The three Hieronymus were even more individually distinct, the perfect example of a winemaker using all his tools to achieve his very best. The varietal composition is unique each vintage with Steve drawing on the best performing varieties, and although vastly different in flavour profile - they show superb consistency in quality. 

The ‘15 is very much a Hawke's Bay twist on the Bordeaux blend with a small percentage of  tempranillo added to the mix. Similarly to the 2015 Airavata, this is a precise wine that has it all - ripe fruit and racy acidity balanced by fine grain tannins. The ‘14 is its antithesis. Big and broody, round and full, this is principally a blend of Malbec and Merlot, but with a small component of Cabernet Sauvignon blended in for its balancing acidity and brightness. Its warm embrace is hard to refuse and the riper fruit makes it the most approachable of the three. The ‘13 was the most Bordeaux-like, with 60% Cabernet from the Gimblett Gravels imbuing the wine with layers of cassis that balanced nicely with the plummy darkness of Merlot and Malbec from Bridge Pa.

Steve's master plan has also instigated a gradual premiumisation at Elephant Hill, that saw a deliberate switch to lower yields and a focus on the top end in 2016, and which instantly paid dividends in the following vintage. 2017 was a shocker in the Hawke's Bay, but the move to lower yields meant earlier ripeness and earlier fruit picking and consequently the grapes missed the worst of the weather. You need a bit of luck when making wine and this is a great example of how you can make your own luck.

The focus on the premium has also seen the addition of what could be the final piece in the Jigsaw. In 2015 Elephant Hill launched the Series wines - single vineyard wines only released in exceptional vintages. These are the antithesis of the wines blended across multiple sites and provide yet another way for Steve to present his very best. Labelled as Sea, Stone and Earth - they are varietal wines made exclusively with fruit from Te Awanga, Gimblett Gravels and the Bridge PA Triangle respectively. It is sometimes said that winemakers make too many expressions that can confuse the consumer, but this is a clever way of letting people get to know the winery and the region, and priced under the Icon wines, provides another affordable route to the consumer.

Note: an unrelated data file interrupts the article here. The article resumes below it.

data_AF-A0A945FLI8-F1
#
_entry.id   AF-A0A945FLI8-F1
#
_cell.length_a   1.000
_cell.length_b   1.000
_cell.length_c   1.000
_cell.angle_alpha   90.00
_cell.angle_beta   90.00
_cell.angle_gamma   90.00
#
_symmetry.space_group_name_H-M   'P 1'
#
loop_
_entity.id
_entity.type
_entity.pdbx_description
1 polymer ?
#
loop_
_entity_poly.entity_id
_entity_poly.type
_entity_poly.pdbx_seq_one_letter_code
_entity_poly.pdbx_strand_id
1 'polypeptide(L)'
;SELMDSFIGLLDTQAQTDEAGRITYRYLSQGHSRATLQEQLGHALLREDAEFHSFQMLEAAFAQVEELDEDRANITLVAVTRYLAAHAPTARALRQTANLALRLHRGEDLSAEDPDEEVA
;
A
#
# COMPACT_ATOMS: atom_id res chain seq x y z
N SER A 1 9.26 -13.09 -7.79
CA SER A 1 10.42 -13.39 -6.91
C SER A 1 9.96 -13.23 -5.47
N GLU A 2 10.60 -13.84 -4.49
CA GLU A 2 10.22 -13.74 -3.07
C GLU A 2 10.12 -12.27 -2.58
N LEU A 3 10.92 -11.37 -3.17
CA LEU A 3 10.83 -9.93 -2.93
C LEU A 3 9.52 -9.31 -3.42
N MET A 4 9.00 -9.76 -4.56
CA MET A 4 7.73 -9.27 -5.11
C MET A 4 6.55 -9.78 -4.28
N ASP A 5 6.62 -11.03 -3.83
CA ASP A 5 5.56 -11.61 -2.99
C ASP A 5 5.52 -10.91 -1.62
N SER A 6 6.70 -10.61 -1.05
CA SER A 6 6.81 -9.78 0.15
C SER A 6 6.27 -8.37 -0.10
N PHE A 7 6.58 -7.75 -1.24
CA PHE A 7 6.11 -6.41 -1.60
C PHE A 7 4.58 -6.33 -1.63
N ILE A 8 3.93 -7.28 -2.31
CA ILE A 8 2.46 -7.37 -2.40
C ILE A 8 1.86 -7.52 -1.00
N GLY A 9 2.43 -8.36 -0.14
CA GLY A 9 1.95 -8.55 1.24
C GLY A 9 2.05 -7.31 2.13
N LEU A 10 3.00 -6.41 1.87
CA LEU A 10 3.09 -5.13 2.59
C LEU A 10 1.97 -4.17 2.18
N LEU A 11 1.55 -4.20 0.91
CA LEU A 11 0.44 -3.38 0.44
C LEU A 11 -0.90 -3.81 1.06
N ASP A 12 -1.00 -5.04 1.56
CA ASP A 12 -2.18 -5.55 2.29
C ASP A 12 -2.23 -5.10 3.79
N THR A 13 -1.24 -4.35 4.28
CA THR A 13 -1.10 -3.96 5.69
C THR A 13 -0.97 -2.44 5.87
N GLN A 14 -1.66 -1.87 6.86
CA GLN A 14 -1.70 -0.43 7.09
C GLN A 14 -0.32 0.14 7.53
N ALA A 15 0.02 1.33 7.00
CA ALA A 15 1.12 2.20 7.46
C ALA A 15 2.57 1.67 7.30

It’s fair to say that Hawke's Bay has lost ground to other New Zealand wine regions in the last decade or so, with the likes of Central Otago giving it a real run for its money. As a region, it’s a trickier marketing proposition thanks to a slew of grape varieties. Also, the recent surge in Syrah popularity sees it almost competing with itself, in a Bordeaux v Rhône fashion. Tasting Steve's wines you really get a glimpse of just how exciting this region is, how well it delivers across numerous varieties and the variation it can express through its subregions. Steve is powering the region in new directions which can only serve to attract new fans and push the region forward. This isn’t just good for Hawkes Bay - it’s of course good for NZ wine too.

Click here to see the Elephant Hill wines that are available at Regional Wines.